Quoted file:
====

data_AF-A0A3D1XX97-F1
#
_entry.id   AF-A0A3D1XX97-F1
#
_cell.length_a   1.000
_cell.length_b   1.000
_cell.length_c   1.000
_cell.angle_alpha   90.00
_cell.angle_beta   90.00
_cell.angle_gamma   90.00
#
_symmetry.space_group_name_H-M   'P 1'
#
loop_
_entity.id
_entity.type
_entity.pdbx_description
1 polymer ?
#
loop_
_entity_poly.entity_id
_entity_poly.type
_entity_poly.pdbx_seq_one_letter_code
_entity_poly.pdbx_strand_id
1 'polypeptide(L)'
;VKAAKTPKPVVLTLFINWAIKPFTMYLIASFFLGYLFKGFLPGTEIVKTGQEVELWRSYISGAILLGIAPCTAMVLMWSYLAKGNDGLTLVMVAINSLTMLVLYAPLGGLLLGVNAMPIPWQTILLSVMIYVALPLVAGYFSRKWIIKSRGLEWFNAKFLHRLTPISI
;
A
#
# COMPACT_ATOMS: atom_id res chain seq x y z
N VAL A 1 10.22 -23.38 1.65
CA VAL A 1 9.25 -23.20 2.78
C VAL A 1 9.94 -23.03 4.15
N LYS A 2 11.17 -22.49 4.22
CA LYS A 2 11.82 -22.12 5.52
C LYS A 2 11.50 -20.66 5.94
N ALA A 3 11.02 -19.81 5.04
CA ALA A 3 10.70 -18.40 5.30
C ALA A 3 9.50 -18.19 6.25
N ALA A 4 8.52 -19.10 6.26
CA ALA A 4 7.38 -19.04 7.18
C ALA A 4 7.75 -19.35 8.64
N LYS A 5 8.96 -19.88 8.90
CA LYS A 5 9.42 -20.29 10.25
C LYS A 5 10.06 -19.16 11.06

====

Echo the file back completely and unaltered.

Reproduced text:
data_AF-A0A3D1XX97-F1
#
_entry.id   AF-A0A3D1XX97-F1
#
_cell.length_a   1.000
_cell.length_b   1.000
_cell.length_c   1.000
_cell.angle_alpha   90.00
_cell.angle_beta   90.00
_cell.angle_gamma   90.00
#
_symmetry.space_group_name_H-M   'P 1'
#
loop_
_entity.id
_entity.type
_entity.pdbx_description
1 polymer ?
#
loop_
_entity_poly.entity_id
_entity_poly.type
_entity_poly.pdbx_seq_one_letter_code
_entity_poly.pdbx_strand_id
1 'polypeptide(L)'
;VKAAKTPKPVVLTLFINWAIKPFTMYLIASFFLGYLFKGFLPGTEIVKTGQEVELWRSYISGAILLGIAPCTAMVLMWSYLAKGNDGLTLVMVAINSLTMLVLYAPLGGLLLGVNAMPIPWQTILLSVMIYVALPLVAGYFSRKWIIKSRGLEWFNAKFLHRLTPISI
;
A
#
# COMPACT_ATOMS: atom_id res chain seq x y z
N VAL A 1 10.22 -23.38 1.65
CA VAL A 1 9.25 -23.20 2.78
C VAL A 1 9.94 -23.03 4.15
N LYS A 2 11.17 -22.49 4.22
CA LYS A 2 11.82 -22.12 5.52
C LYS A 2 11.50 -20.66 5.94
N ALA A 3 11.02 -19.81 5.04
CA ALA A 3 10.70 -18.40 5.30
C ALA A 3 9.50 -18.19 6.25
N ALA A 4 8.52 -19.10 6.26
CA ALA A 4 7.38 -19.04 7.18
C ALA A 4 7.75 -19.35 8.64
N LYS A 5 8.96 -19.88 8.90
CA LYS A 5 9.42 -20.29 10.25
C LYS A 5 10.06 -19.16 11.06